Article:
Presenting: Ottawa – Canada’s Capital and An Exciting Travel Destination

Posted by

In anticipation of my upcoming trip to Ottawa next weekend I have started to do some research and contacted Ottawa Tourism. Ottawa, as Canada’s capital, is certainly one of Canada’s most popular travel destinations and it includes a great variety destinations, activities and events to offer.

I had an opportunity to speak with Jantine Van Kregten from Ottawa Tourism who was simply kind enough to provide me a great general summary of things to see and do in Ottawa.

1. Please provide us with some general details about Ottawa. How big is the town, where is it located, what’s the current weather like?

Ottawa may be the capital of Canada, and its fourth largest city. With the neighbouring city of Gatineau in the province of Quebec, the region has about 1.2 million people. Ottawa is situated in eastern Ontario, about four hours’drive northeast of Toronto; two hours west of Montreal; and one hour north of the border with their state of New York.

Ottawa enjoys four distinct seasons, with warmest temperatures and sometimes high humidity in July and August; a temperate fall with gorgeous fall colours; a cold and snowy winter; and a damp spring.

2. How can one arrive at Ottawa and what is the greatest means of making your way around in Ottawa?

Ottawa is available with direct flights from major centres in Canada and several U.S. cities including New York, Washington, Chicago, Philadelphia, Detroit, Atlanta and more. Ottawa is a major stop along the Windsor-Quebec City corridor of VIA Rail and bus service also links the town with other Canadian cities.

By car, major thoroughfares include Highway 416 that links Ottawa with Highway 401. Highway 417 runs through the town, while Autoroutes 5, 50 and 148 are the major highways on the Quebec side of the river.

3. Ottawa is Canada’s capital and has played a substantial role in the annals of the country. Please reveal more about this and the Canadian Heritage Experiences offered in Ottawa.

The story of Ottawa begins with the building of the Rideau Canal between 1826 and 1832 by Lt. Col. John By of the Royal Engineers and thousands of mostly Irish labourers. The Canal stretches 202 km (126 miles) through eastern Ontario to the St. Lawrence River and was built to make sure a supply line in case of American attack (which never came). The Canal was never used for a military purpose and its 49 locks remain operated in the exact same way as when these were built. In fact, the Rideau Canal is Canada’s nominee to be named a UNESCO World Heritage Site, that is expected in 2007, the 175th anniversary of its construction. national capital of canada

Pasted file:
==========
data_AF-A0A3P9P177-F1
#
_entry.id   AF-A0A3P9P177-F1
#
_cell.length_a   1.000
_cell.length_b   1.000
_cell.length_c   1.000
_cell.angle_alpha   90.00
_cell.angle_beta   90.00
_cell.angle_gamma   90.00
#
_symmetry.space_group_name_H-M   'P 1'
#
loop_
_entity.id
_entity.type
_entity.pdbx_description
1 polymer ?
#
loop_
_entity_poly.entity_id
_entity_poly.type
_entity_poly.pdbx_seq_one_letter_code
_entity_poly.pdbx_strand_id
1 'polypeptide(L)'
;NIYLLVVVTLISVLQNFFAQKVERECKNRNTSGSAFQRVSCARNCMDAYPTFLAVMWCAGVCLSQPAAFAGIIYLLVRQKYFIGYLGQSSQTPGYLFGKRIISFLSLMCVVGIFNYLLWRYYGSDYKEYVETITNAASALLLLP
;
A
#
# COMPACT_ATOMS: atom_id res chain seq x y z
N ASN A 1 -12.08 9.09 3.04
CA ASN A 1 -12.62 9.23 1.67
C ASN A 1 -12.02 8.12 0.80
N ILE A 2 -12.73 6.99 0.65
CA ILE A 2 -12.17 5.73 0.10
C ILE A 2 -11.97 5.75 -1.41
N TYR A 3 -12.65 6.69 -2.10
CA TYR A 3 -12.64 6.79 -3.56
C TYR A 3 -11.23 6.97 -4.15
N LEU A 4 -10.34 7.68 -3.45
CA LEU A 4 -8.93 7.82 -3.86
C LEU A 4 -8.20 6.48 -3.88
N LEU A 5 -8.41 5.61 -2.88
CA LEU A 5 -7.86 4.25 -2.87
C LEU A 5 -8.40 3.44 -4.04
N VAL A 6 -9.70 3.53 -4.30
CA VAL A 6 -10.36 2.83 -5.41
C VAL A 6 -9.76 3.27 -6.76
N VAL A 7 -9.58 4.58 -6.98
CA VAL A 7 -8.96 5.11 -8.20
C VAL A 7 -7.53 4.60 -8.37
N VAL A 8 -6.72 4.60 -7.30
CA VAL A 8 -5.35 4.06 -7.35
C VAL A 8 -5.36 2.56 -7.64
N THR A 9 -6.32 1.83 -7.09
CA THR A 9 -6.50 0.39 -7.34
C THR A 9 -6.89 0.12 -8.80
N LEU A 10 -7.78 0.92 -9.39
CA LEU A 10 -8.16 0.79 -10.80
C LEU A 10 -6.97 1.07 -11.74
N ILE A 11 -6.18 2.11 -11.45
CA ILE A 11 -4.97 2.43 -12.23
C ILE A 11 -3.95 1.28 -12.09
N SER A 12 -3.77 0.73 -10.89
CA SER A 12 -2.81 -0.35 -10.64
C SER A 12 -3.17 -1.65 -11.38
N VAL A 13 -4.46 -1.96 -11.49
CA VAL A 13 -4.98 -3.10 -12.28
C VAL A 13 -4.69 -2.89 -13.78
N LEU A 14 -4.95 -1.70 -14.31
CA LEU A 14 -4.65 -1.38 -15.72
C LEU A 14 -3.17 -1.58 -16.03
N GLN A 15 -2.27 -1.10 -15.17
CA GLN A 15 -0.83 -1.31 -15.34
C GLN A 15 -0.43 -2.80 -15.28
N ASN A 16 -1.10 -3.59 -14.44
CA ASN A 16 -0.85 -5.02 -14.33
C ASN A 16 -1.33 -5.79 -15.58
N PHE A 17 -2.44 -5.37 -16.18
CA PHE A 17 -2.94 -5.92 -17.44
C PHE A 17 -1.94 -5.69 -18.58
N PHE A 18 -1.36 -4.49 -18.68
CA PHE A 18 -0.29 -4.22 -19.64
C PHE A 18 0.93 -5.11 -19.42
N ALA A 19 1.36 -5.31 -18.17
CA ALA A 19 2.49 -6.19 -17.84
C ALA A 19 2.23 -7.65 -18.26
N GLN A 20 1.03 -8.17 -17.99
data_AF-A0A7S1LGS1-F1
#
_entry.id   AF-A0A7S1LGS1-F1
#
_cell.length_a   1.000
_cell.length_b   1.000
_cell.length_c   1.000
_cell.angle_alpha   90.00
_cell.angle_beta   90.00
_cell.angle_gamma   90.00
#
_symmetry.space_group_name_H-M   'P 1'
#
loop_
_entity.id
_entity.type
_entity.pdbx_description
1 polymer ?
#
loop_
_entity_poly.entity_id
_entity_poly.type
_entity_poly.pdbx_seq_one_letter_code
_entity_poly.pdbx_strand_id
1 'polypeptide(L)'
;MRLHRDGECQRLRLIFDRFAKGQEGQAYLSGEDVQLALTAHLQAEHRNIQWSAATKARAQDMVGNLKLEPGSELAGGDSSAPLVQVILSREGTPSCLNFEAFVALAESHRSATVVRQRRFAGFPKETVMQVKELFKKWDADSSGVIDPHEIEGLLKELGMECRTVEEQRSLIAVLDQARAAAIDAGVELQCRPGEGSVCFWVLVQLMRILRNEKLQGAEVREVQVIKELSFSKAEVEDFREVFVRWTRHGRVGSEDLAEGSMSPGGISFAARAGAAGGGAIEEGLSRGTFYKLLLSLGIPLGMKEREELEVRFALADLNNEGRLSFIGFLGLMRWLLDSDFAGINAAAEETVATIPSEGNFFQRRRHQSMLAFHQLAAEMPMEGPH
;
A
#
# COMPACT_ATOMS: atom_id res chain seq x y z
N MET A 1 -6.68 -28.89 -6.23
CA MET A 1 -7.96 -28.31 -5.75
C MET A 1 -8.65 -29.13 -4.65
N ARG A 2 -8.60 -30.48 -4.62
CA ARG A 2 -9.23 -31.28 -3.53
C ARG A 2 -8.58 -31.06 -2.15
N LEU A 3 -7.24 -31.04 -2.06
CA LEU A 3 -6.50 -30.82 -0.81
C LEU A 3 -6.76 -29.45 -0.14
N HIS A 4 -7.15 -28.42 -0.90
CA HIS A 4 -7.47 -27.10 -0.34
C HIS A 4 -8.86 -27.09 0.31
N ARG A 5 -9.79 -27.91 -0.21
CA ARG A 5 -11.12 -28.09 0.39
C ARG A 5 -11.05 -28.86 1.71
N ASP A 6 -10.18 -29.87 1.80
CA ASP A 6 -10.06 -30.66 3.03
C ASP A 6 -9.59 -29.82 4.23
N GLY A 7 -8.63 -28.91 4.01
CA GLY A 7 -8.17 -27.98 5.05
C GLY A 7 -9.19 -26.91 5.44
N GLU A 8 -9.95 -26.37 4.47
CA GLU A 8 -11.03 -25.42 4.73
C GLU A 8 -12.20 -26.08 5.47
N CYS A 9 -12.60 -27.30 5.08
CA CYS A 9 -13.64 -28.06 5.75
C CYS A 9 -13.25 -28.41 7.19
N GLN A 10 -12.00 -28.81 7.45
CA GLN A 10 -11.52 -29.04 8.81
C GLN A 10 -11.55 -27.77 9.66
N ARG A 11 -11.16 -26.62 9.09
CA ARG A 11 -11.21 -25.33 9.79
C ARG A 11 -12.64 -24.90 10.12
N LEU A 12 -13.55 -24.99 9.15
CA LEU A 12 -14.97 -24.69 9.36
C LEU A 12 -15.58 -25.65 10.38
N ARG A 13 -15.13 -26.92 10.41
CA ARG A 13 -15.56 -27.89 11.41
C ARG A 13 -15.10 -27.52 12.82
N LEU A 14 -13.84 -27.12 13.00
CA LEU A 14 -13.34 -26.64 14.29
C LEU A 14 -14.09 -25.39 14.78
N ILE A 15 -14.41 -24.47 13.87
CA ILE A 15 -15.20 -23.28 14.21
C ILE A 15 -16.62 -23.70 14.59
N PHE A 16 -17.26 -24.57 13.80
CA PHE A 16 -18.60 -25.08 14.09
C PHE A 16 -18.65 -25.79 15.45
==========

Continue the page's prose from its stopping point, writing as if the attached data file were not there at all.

Queen Victoria decreed in 1857 that Ottawa will be the capital of the nation that became Canada. The majestic Parliament Buildings were constructed shortly thereafter and remain a “must-see” attraction in the capital. Because the capital, Ottawa can also be home to 24 Sussex Drive (the prime minister’s residence and not ready to accept the public); Rideau Hall (home of the Governor General, with guided tours of residence and gardens available); and a large number of high commissions and embassies from governments round the world.

Don’t miss Laurier House, home to both Sir Wilfrid Laurier and WIlliam Lyon Mackenzie King, two former prime ministers, or the Mackenzie King Estate, King’s summer home in Gatineau Park.

4. Please reveal about some of the major attractions, museums and galleries in the Ottawa area.

The most recent addition to the national museum scene may be the impressive Canadian War Musuem, which opened in May 2005 in a wonderful location alongside the Ottawa River. Canada’s most-visited museum is Gatineau’s Canadian Museum of Civilization. The National Gallery of Canada offers the largest number of Canadian art, along side European and American masters. Other cultural facilities range from the Canadian Museum of Contemporary Photography; the Canada Aviation Museum; the Canada Science and Technology Museum; the Canada Agriculture Museum; the Royal Canadian Mint; the Currency Museum of the Bank of Canada; and the Canadian Museum of Nature, currently in the midst of an enormous renovation project, to be completed in 2009.